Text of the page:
NJ Supreme Court to Decide COVID-Era Business Interruption Claim

The Supreme Court of New Jersey recently heard oral arguments in a case that could impact thousands of businesses that suffered pandemic losses. The issue before the court in AC Ocean Walk LLC v. American Guarantee and Liability Insurance Co. et al. is whether a New Jersey casino is entitled to insurance coverage for alleged physical property damage caused by COVID-19.

Facts of the Case

AC Ocean Walk LLC (Ocean) operates the Ocean Casino Resort in Atlantic City. In its complaint, Ocean sought property and business interruption insurance under policies issued by AIG Specialty Insurance Co., American Guarantee & Liability Insurance Co. and Interstate Fire & Casualty Co. for losses of income during the closure of its casino pursuant to COVID-19 Executive Orders issued by New Jersey Governor Phil Murphy.

The trial court found Ocean sufficiently pled that COVID-19 caused a direct physical loss or damage to its casino to surmount defendants’ motion to dismiss and the coverage sought by Ocean under various sections of the issued policies. The court determined that the contamination exclusions contained in the policies did not apply because they were ambiguous.

The Appellate Division reversed. It held that a contamination exclusion barred the company’s claims. “Even assuming Ocean successfully pled the COVID-19 virus caused an actual or imminent physical loss or damage to Ocean, the contamination exclusion unambiguously excludes coverage,” the appeals court said. “Grouping viruses with environmental and industrial pollutants may be unusual, but Ocean does not cite any controlling cases construing ‘contamination’ in its contractual definition.”

Issue Before the New Jersey Supreme Court

The New Jersey Supreme Court granted certification in January. The justices agreed to consider the following question: “Under the terms of the insurance policies, did the presence of COVID-19 or related Executive Orders cause a ‘direct physical loss of or damage’ to plaintiff’s property, and if so, did the contamination exclusions in the policies apply?

During oral arguments, attorneys for the insurance companies argued that their policies required physical damage to the property. They further maintained that it was Gov. Murphy’s orders mandating casino closures that caused Ocean’s losses rather than the actual virus.

“The only time period when they weren’t able to operate their casino and be open to the public was when the governor required them to be closed,” American Guarantee’s attorney David Roth stated. “Other than that, there is no allegation that the virus ever did anything to their property that made them physically incapable of operating, and plainly if it did have that sort of physical impact, they would not have been open on July 3, 2020. They would not have been open for the last three years.”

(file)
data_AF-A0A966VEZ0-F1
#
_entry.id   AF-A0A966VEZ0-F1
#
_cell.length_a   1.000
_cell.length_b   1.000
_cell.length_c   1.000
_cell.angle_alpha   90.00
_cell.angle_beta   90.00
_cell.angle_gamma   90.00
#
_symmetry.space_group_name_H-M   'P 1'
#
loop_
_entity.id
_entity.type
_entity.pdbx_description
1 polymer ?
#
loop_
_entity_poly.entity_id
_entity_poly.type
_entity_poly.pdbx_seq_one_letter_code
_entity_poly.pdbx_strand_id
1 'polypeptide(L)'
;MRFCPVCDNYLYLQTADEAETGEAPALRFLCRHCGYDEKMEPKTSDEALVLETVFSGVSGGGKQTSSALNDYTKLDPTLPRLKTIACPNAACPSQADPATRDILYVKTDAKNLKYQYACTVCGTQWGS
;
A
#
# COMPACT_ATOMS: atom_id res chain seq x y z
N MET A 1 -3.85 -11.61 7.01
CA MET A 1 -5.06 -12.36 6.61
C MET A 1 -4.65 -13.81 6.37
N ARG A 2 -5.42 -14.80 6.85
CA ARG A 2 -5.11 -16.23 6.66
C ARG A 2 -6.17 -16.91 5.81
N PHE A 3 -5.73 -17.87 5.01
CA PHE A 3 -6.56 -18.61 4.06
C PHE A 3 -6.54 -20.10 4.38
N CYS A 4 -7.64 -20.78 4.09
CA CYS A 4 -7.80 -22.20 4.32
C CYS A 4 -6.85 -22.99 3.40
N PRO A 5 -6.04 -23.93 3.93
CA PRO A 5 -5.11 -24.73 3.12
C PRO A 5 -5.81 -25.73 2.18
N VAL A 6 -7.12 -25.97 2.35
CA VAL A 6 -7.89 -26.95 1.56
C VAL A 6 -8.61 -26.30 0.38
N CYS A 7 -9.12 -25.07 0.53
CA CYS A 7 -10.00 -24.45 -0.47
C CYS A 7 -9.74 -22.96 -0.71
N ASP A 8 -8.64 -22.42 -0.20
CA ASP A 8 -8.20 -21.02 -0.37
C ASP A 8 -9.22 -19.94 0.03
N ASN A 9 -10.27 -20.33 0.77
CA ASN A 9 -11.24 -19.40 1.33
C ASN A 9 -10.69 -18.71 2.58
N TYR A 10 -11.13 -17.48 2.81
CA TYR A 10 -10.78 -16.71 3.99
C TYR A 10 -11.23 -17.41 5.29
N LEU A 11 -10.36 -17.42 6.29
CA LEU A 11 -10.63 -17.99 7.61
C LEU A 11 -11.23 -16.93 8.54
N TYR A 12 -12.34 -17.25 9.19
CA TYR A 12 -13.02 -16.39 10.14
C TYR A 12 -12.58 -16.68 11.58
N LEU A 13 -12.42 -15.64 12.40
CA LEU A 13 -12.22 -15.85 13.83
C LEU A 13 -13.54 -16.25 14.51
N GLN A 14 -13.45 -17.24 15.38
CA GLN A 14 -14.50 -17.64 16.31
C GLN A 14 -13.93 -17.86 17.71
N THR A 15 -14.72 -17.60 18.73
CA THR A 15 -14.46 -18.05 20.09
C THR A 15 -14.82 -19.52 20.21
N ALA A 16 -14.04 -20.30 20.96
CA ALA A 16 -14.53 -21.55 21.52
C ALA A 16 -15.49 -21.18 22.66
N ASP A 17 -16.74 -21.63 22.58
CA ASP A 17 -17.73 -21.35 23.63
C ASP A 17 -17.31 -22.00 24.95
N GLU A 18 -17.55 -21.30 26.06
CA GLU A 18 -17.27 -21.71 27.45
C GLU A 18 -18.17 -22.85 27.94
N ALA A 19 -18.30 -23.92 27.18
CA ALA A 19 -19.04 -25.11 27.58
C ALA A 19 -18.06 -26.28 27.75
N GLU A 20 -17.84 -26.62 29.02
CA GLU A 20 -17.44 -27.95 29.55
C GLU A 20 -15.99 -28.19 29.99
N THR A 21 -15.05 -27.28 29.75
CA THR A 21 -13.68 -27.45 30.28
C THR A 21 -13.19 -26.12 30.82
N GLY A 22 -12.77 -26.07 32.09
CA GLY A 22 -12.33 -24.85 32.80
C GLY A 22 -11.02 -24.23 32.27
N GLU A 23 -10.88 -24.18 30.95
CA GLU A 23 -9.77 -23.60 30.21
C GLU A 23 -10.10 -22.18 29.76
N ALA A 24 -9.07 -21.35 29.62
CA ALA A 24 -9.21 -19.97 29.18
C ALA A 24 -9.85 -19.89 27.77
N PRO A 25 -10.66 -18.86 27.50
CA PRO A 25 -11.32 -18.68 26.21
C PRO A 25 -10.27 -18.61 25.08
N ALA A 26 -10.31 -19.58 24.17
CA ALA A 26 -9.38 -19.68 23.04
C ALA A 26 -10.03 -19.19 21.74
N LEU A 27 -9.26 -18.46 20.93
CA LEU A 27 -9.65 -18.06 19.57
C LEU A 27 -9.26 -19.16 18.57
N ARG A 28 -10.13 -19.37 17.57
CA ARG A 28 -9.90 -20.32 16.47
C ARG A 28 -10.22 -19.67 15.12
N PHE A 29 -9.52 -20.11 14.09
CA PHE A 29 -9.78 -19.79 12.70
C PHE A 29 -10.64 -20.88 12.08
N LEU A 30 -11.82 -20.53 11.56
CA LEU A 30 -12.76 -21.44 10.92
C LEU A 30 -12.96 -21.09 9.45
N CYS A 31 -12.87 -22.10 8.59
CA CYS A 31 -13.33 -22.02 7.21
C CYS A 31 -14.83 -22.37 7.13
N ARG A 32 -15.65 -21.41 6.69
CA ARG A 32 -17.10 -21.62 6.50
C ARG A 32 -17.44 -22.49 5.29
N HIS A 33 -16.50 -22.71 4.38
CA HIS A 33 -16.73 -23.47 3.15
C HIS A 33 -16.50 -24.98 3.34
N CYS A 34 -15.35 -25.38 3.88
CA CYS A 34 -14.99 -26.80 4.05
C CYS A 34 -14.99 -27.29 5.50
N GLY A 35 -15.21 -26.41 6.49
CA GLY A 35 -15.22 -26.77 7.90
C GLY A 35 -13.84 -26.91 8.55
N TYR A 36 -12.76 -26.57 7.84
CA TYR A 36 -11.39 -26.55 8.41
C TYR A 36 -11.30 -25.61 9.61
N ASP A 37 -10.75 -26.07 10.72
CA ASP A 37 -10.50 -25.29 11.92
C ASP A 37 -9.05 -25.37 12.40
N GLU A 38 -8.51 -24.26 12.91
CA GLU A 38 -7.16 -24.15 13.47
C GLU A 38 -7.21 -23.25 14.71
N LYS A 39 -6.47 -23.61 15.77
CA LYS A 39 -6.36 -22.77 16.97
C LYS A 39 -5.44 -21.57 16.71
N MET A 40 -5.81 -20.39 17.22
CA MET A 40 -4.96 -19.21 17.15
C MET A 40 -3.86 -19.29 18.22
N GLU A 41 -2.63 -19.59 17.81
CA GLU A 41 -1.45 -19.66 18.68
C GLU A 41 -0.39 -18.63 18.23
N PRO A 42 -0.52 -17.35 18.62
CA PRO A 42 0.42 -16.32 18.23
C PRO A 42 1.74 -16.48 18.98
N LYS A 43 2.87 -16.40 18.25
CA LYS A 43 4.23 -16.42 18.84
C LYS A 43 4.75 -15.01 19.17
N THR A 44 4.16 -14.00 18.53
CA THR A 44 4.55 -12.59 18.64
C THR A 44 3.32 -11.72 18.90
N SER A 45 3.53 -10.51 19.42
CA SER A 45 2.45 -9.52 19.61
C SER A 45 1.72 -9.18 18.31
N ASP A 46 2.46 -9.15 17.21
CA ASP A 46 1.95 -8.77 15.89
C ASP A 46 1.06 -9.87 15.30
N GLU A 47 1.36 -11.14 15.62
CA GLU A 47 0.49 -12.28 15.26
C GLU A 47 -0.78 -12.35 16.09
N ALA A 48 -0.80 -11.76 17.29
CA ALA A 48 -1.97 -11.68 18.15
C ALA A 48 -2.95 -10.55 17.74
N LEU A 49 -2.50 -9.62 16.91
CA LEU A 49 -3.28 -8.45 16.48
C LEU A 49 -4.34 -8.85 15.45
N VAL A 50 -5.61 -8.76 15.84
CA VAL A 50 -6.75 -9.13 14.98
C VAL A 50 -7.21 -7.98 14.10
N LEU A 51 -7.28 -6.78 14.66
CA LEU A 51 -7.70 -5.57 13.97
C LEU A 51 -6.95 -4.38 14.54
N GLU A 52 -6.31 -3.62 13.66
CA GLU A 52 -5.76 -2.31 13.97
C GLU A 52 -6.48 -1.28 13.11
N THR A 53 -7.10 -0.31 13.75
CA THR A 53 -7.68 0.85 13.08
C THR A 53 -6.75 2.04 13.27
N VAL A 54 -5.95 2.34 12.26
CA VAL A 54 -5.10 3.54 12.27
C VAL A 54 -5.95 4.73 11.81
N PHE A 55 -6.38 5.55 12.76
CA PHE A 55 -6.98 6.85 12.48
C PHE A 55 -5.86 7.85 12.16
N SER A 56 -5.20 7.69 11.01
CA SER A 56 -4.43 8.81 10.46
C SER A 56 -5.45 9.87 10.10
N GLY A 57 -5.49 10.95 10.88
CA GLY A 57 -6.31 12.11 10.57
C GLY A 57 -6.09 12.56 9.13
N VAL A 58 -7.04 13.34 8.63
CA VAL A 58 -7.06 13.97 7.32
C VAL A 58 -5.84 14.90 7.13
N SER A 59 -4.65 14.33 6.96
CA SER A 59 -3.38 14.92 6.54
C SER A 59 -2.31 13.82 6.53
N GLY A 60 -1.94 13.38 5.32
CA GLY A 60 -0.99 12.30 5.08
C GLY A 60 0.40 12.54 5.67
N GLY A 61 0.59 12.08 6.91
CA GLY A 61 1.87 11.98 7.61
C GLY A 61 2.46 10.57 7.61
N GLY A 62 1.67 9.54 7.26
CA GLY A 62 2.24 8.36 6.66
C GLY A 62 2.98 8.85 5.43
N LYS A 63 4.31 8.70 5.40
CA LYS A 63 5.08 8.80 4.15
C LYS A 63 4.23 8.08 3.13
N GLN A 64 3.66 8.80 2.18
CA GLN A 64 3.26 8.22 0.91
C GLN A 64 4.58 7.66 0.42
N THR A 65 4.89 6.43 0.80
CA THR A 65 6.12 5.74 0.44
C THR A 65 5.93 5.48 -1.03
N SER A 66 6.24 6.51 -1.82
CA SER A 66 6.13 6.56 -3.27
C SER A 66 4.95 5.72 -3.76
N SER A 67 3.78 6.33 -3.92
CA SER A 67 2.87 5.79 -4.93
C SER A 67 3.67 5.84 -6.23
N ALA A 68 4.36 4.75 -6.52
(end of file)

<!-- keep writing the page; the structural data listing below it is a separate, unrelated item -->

In response, Ocean’s attorney argued that that  presence of coronavirus particles at the Ocean Casino Resort rendered physical property within the premises damaged and unsafe. “The closure required by Gov. Murphy’s executive orders was something we had to comply with as a matter of law, but we’re alleging more than that — that we would have been required to close the facilities even without Gov. Murphy’s executive orders,” Stephen Orlofsky said. He further maintained that the contamination exclusion shouldn’t apply because it is ambiguous, emphasizing that the policy’s definition of “contaminant” does not include viruses, unlike its definition of “contamination.”

Several justices appeared skeptical of that argument. “Here you have the word that’s used in the exclusion, which is ‘contamination’, with a definition that includes a virus, and you have this entire case premised on a virus. Yes, you have ‘contaminant’ also. Insurance policies certainly include, sometimes, definitions of terms that aren’t the focus of the case,” said Justice Anne Patterson.

Businesses in New Jersey and across the country have faced an uphill battle when bringing business interruption insurance claims related to COVID-19. We will be closely following this case and will post an update when the New Jersey Supreme Court renders a decision.

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